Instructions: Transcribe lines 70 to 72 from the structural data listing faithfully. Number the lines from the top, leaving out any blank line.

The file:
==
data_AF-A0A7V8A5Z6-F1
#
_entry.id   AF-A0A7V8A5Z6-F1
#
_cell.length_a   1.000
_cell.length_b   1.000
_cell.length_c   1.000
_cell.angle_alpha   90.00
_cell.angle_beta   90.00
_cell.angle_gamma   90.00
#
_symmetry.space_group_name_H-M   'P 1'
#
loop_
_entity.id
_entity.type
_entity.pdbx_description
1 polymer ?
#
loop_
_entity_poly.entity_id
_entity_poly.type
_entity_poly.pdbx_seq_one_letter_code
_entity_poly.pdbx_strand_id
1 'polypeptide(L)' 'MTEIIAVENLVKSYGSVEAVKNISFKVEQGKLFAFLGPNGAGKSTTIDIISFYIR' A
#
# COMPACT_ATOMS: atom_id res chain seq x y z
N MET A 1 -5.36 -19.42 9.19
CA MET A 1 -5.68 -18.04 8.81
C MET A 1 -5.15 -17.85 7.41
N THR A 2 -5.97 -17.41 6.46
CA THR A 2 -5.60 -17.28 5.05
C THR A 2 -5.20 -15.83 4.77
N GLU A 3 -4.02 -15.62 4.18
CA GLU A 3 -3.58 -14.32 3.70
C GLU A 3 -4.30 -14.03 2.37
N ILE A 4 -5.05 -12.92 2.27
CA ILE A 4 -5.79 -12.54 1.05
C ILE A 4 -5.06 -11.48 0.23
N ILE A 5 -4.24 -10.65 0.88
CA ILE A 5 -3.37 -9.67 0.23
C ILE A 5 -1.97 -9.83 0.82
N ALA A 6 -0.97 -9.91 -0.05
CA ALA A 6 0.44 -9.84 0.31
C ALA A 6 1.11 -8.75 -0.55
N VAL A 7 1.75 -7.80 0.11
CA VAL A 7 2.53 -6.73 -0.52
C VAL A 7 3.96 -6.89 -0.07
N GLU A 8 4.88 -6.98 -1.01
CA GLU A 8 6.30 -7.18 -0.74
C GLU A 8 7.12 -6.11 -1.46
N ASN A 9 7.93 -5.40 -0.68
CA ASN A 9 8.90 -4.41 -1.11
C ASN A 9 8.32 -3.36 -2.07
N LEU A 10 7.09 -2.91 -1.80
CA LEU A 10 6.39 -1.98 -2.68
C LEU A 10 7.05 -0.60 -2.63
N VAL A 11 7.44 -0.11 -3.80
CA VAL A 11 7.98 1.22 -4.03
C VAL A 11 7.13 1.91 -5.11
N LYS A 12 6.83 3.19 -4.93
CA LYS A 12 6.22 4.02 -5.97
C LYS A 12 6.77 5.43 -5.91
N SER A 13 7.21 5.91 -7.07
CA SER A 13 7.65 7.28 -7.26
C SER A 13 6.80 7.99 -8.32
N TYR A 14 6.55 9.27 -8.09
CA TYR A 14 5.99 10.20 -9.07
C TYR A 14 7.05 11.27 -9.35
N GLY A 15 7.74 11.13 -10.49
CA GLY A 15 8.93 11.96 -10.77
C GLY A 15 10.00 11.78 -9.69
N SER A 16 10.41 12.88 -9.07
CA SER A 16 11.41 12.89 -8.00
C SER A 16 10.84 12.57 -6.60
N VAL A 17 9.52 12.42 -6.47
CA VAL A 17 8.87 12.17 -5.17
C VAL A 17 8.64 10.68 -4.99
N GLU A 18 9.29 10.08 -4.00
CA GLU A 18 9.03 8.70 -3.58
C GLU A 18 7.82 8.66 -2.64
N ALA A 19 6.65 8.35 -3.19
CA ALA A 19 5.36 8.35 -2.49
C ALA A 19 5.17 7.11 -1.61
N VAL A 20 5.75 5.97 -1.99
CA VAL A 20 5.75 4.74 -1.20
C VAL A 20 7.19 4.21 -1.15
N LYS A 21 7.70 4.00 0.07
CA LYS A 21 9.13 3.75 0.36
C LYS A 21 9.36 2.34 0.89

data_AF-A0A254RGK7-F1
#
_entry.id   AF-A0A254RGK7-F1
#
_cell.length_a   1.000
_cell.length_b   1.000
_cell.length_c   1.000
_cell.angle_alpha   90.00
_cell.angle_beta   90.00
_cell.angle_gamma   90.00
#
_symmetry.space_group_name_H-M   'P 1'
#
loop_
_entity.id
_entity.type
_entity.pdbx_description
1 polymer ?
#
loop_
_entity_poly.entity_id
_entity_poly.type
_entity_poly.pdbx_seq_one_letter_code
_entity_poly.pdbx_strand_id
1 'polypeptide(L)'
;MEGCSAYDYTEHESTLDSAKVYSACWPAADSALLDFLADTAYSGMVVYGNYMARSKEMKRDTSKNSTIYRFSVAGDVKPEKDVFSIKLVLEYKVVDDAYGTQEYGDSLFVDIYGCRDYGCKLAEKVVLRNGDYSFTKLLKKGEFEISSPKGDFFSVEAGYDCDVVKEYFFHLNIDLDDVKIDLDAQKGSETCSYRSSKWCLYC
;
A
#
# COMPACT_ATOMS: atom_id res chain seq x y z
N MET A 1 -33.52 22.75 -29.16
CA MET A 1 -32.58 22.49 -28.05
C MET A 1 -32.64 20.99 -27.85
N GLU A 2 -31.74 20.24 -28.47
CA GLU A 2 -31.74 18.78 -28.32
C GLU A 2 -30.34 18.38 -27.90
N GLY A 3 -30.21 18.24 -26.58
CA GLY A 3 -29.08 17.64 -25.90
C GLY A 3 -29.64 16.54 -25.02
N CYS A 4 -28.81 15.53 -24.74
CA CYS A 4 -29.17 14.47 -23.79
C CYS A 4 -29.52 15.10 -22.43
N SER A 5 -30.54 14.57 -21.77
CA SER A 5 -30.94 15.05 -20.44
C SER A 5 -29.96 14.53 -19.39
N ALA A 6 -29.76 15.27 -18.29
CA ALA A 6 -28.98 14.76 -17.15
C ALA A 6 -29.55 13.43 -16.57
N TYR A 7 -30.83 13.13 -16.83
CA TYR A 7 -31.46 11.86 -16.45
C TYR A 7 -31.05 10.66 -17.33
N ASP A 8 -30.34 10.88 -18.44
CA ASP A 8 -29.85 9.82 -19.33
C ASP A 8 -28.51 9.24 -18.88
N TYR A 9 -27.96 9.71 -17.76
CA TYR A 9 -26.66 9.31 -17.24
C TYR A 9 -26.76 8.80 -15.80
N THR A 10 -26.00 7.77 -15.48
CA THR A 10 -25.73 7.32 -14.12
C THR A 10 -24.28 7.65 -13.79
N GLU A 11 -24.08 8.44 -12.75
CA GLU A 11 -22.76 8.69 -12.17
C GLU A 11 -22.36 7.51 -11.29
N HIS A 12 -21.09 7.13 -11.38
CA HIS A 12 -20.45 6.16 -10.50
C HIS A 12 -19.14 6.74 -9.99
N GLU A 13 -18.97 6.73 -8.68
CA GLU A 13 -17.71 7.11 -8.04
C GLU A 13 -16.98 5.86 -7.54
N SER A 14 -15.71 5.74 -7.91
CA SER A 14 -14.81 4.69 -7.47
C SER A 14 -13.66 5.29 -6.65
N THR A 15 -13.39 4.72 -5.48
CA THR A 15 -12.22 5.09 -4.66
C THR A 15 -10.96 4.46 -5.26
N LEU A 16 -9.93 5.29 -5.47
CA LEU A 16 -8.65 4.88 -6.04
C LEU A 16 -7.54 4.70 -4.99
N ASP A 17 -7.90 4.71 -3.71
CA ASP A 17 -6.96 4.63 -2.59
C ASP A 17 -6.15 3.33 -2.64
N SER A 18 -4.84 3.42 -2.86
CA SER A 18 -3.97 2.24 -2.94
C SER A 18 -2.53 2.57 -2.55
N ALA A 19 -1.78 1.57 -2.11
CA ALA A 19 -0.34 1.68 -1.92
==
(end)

N GLY A 15 7.74 11.13 -10.49
CA GLY A 15 8.93 11.96 -10.77
C GLY A 15 10.00 11.78 -9.69